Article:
In the Indian landscape, the fascist movement and its fallout of on-going meticulously planned subversion of constitutional democracy for a fascist take-over of power is facing tough challenges from the people's multifaceted movement for citizenship rights, rights of the workers and peasants, women's rights, forest rights, people's rights on natural resources, ecological rights, etc.

Though all these movements are fundamentally directed against the neo-liberal economy and masculine nationalism, these are revolving around a defensive and reformist agenda. The participation of the working class is still not as class-in-itself for transformation to class-for-itself but as a group of workers especially in cities and urban centres.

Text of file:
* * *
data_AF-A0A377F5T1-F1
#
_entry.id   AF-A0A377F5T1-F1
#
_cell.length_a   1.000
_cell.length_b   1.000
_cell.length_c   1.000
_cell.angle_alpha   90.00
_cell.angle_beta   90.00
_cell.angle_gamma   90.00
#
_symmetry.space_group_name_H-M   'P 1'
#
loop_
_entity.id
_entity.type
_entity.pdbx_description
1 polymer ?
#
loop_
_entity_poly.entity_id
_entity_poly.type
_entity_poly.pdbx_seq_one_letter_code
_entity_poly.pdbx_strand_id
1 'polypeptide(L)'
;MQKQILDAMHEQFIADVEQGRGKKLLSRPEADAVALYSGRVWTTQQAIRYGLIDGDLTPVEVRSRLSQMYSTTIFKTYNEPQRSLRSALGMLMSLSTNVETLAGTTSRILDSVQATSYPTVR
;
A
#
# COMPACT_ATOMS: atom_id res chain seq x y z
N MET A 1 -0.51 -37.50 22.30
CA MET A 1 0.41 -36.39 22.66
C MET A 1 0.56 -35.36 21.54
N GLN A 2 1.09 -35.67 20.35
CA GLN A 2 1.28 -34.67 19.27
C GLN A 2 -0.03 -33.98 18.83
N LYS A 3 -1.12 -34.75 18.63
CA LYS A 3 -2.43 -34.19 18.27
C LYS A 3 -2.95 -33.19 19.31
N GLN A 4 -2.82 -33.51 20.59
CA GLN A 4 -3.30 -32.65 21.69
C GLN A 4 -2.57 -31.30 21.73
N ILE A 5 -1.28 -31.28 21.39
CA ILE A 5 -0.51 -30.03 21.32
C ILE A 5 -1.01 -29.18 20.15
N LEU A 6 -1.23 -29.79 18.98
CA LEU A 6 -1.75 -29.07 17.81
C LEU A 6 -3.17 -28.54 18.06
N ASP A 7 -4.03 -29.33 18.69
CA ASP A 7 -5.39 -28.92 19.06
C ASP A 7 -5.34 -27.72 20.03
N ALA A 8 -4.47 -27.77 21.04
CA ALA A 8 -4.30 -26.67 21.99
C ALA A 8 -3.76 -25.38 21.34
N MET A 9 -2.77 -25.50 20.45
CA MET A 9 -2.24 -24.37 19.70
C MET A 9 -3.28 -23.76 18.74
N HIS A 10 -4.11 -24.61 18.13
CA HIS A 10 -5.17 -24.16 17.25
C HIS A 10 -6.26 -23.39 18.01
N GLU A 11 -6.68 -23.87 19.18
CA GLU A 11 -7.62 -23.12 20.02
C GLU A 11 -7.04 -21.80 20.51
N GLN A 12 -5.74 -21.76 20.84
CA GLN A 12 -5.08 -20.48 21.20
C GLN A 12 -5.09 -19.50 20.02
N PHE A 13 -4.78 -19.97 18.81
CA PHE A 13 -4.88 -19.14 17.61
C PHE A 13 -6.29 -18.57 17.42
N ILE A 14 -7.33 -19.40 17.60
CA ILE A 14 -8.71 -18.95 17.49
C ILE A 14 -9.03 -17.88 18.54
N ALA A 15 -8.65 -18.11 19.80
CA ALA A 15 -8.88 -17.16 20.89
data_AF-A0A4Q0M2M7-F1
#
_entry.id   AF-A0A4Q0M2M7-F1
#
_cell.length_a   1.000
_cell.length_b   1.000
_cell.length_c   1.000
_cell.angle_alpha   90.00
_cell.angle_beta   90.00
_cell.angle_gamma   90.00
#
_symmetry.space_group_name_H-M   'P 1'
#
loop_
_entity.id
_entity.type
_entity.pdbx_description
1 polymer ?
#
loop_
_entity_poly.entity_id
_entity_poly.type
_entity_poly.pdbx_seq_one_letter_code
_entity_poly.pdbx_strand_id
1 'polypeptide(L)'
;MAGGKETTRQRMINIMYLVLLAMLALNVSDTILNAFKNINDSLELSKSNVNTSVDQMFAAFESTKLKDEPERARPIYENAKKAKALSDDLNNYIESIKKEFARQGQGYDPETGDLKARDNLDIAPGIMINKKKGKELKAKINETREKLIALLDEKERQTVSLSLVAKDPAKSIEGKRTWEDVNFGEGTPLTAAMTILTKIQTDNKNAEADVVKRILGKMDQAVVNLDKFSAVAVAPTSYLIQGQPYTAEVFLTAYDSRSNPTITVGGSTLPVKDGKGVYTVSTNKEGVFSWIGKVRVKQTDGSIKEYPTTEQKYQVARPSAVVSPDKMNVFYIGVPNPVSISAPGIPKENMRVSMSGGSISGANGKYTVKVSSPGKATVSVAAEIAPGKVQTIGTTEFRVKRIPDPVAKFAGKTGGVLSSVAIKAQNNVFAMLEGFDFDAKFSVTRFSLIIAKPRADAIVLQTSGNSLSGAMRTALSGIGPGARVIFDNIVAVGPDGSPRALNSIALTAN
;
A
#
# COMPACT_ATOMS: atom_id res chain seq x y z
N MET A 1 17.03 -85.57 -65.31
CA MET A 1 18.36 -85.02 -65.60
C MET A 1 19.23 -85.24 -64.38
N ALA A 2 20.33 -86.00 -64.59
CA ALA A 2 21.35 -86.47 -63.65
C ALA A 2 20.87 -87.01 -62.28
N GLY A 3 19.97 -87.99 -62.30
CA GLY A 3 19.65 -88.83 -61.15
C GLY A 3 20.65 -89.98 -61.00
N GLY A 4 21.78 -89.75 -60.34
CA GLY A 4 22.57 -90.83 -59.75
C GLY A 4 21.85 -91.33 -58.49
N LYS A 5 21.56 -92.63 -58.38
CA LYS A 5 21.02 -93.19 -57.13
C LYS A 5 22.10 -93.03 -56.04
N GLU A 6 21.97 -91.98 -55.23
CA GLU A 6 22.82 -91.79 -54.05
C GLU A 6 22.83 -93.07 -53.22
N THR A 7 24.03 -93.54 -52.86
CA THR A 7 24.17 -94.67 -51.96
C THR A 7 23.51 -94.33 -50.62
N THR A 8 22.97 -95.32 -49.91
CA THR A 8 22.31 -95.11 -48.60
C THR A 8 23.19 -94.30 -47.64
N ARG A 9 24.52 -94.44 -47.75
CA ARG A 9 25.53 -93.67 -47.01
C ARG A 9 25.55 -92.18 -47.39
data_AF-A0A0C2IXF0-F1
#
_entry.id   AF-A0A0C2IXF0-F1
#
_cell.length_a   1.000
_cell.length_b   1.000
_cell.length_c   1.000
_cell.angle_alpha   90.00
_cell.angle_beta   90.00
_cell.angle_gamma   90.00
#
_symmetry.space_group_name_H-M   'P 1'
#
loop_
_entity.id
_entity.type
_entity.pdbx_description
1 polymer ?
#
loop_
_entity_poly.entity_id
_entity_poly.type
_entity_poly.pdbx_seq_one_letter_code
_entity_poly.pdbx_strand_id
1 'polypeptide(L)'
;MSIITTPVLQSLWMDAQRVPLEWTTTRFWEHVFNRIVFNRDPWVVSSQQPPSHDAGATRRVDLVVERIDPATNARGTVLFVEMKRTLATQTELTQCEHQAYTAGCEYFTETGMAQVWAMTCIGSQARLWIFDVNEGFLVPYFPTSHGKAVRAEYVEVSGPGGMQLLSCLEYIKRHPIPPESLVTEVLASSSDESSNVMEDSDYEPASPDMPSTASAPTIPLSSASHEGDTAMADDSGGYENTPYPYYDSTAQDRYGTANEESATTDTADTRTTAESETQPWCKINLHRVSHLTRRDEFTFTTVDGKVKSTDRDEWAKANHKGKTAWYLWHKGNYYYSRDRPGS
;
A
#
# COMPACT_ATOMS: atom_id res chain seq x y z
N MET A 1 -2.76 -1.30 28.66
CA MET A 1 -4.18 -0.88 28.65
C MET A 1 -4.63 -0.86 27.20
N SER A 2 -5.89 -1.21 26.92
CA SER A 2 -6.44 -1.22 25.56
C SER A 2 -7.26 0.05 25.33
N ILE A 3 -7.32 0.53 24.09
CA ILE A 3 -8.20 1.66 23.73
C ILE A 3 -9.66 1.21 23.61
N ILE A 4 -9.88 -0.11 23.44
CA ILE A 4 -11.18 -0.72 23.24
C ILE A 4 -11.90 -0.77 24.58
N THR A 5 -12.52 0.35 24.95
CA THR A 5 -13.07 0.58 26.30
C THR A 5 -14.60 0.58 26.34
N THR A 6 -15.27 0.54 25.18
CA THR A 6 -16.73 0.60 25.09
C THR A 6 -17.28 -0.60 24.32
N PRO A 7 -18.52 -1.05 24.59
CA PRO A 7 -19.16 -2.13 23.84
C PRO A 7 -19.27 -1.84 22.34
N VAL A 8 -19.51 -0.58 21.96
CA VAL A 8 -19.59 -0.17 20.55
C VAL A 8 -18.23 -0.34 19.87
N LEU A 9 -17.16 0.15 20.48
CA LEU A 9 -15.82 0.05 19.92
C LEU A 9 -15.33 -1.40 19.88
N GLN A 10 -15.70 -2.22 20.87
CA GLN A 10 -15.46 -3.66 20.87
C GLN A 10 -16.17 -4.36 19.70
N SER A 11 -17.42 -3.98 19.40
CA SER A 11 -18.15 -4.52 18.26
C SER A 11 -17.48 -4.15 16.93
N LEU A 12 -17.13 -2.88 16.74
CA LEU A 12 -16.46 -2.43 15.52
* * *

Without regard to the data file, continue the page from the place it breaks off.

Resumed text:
The people's upsurge in cities and urban areas on citizenship question has already brought the question of democracy and state character into the focus of political discourse. This indicates that if all the people's movements can be coordinated with a common revolutionary direction, it can lead to a revolutionary crisis in the next round of popular uprising under the leadership of working-class and workers—peasants alliance in the event of a global economic meltdown.

One should not miss the social dynamics of ongoing spontaneous people's movement in India on the citizenship question. Firstly, the epicentres of this people's upsurge are urban areas and cities. Secondly, though the Muslims, Dalits, and women are at the forefront, it should be kept in mind the workers in urban and city areas are mostly constitutive of people from these communities.